Our wedding coordinator, Sunny, took care of all the details!

The cake!

The handsome groom makes his way down the aisle...

eager to meet his bride!

All of the flower girls were lovely!


The bride didn't just walk down the aisle!

A reading from Angelina and The Royal Wedding

A vision of beauty and dog breath.

Possibly the world's cutest ring bearer.

Our Officiant, making it Official.
Getting ready for their first kiss as husband and wife!

The Wedding Party!

Look who caught the bouquet!

Dancing the day away!  What a celebration!






Poem of the Day April 18

We were so preoccupied with the wedding yesterday that we didn't have time to post a poem! So here's an extra long one for today to make up for it...

The Owl and the Pussycat
by Edward Lear


The Owl and the Pussycat went to sea
In a beautiful pea-green boat,
They took some honey, and plenty of money,
Wrapped up in a five pound note.
The Owl looked up to the stars above,
And sang to a small guitar,
"O lovely Pussy! O Pussy, my love,
What a beautiful Pussy you are, you are, you are,
What a beautiful Pussy you are."

Pussy said to the Owl "You elegant fowl, 
How charmingly sweet you sing.
O let us be married, too long we have tarried;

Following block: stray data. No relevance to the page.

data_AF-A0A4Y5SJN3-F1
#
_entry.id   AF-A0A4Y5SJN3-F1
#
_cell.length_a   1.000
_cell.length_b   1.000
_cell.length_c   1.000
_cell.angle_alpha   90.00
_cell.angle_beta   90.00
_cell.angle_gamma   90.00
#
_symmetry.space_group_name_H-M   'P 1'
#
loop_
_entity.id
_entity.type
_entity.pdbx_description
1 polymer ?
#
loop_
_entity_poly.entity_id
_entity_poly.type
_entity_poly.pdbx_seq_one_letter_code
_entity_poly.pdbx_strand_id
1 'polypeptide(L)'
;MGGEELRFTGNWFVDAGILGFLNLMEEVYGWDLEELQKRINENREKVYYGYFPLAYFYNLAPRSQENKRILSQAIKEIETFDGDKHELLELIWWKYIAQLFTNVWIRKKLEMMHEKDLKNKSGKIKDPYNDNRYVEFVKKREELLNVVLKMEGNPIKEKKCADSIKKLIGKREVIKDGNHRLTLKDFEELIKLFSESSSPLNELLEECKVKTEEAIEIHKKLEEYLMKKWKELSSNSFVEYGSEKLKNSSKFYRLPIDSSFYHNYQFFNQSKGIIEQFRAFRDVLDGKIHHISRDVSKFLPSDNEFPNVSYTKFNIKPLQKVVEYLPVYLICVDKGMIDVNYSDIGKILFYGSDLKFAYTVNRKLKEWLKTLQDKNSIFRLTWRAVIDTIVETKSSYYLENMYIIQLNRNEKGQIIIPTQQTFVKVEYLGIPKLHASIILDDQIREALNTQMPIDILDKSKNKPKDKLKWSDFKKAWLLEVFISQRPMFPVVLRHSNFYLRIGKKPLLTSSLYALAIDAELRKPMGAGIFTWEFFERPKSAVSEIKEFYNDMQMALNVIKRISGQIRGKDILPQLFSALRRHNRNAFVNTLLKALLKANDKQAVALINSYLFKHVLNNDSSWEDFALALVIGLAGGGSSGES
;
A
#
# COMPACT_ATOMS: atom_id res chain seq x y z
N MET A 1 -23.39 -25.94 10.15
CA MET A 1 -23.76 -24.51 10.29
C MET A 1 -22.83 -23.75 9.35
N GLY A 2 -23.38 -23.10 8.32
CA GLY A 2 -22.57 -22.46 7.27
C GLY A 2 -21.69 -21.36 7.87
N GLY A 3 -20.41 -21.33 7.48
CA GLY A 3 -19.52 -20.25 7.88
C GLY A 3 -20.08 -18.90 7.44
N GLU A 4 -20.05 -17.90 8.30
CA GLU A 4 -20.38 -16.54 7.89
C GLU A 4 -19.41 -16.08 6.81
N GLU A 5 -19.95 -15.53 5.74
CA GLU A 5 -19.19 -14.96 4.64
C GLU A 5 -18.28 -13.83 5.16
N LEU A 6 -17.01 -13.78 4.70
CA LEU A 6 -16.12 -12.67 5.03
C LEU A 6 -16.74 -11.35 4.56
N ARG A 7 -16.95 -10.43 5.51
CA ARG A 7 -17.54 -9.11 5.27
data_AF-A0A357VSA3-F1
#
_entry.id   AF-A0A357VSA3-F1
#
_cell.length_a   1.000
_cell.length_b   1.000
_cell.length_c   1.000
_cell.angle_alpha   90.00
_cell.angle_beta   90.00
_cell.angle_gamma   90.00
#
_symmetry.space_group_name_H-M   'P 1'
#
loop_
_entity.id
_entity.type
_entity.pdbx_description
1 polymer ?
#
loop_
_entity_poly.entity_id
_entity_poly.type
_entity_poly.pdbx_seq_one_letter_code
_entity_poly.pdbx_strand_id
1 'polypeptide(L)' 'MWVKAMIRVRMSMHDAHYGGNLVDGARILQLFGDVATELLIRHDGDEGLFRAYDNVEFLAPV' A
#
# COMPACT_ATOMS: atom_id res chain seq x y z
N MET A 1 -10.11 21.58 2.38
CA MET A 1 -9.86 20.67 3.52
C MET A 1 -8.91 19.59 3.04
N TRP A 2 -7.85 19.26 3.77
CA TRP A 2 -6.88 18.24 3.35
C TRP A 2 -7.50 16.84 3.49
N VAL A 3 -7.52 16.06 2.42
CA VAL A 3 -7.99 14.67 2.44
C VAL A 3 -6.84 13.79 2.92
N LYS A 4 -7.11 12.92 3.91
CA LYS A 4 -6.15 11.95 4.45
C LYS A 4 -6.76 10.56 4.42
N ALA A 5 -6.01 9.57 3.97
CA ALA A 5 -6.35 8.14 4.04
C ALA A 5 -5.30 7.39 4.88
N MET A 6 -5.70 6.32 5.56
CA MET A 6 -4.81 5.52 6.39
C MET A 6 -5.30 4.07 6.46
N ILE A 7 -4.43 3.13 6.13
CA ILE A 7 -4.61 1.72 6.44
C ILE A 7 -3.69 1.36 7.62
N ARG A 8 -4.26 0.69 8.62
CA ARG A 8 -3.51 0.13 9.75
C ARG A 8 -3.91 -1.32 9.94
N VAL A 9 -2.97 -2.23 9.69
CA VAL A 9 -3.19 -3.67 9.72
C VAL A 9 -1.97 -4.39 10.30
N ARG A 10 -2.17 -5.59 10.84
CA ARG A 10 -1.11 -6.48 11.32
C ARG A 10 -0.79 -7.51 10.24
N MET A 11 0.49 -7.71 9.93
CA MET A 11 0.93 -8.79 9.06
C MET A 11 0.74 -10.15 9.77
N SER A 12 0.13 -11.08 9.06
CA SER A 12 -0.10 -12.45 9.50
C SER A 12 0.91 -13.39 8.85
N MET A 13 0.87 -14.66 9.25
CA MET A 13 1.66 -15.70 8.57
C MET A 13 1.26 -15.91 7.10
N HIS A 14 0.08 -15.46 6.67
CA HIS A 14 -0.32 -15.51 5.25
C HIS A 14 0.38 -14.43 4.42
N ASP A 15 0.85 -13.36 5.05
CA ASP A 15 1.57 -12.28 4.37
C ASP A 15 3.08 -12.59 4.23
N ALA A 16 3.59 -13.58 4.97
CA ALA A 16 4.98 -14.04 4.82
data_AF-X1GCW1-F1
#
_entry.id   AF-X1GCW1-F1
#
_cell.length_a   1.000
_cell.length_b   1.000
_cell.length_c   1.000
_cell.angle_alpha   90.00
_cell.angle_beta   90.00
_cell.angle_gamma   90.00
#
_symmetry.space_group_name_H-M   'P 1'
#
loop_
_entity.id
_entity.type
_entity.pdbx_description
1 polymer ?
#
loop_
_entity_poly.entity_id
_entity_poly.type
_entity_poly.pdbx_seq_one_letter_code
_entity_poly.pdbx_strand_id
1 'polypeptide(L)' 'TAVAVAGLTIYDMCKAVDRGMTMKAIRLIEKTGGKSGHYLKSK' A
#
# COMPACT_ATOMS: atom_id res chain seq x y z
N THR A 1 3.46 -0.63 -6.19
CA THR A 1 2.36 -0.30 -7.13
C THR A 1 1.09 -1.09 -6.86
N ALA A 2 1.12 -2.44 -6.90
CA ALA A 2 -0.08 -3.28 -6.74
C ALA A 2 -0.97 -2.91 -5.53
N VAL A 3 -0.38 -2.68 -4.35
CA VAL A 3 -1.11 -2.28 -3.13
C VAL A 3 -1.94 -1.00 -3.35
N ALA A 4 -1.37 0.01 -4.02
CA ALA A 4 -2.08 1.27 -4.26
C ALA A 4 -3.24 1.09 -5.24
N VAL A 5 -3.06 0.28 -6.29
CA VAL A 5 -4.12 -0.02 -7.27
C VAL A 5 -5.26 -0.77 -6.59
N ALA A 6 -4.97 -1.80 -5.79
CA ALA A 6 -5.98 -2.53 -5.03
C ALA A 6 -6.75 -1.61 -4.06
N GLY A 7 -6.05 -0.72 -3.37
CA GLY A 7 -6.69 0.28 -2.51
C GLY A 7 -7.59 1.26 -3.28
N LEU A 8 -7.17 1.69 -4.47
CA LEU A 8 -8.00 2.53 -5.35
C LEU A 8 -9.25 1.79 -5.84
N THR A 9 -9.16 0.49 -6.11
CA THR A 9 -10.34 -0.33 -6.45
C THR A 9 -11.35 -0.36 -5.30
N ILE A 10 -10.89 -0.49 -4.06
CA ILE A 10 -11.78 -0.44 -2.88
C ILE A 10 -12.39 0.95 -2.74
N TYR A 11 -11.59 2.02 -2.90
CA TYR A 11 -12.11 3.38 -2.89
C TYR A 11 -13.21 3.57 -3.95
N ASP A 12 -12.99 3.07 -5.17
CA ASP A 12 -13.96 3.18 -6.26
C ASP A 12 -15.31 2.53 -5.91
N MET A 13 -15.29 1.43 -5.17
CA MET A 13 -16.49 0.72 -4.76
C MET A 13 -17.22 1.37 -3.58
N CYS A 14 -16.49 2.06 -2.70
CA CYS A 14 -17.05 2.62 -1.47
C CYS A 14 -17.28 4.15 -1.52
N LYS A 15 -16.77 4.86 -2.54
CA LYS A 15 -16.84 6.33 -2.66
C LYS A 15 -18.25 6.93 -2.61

But what shall we do for a ring?"
They sailed away, for a year and a day,
To the land where the Bong-tree grows,
And there in a wood a Piggy-wig stood
With a ring at the end of his nose, his nose, his nose,
With a ring at the end of his nose.

"Dear Pig, are you willing to sell for one shilling your ring?"
 Said the Piggy, "I will"
So they took it away, and were married next day
By the Turkey who lives on the hill.
They dined on mince, and slices of quince,
Which they ate with a runcible spoon.
And hand in hand, on the edge of the sand.
They danced by the light of the moon, the moon, the moon,
They danced by the light of the moon.


Saturday, April 16, 2011

It's A Nice Day For A White Wedding

It's a nice day to start again!


Sunday
April 17th
3 p.m.

Girls, this is your opportunity to be flower girls
and be a part of a special wedding service!
Boys, you'll be the ring bearers!
We'll be sure to read some of our favorite wedding books,
and after the ceremony,
we'll have a reception with
cake, punch, dancing, and a bouquet toss!

Photo adaptation by Rob Herrema

Poem of the Day April 16

Don't Kill That Fly!
by Kobayashi Issa

Look, don't kill that fly!
It is making a prayer to you
By rubbing its hands and feet.

Friday, April 15, 2011

What A Week!

Monday: Kevin Henkes!!!



Thusday: Ridley Pearson!!!



When we have one fantastic author visit us in a month, we're thrilled.  When we have TWO of our ALL-TIME favorite authors visit us in the SAME WEEK, well ... our socks are knocked clear off both feet and down the street!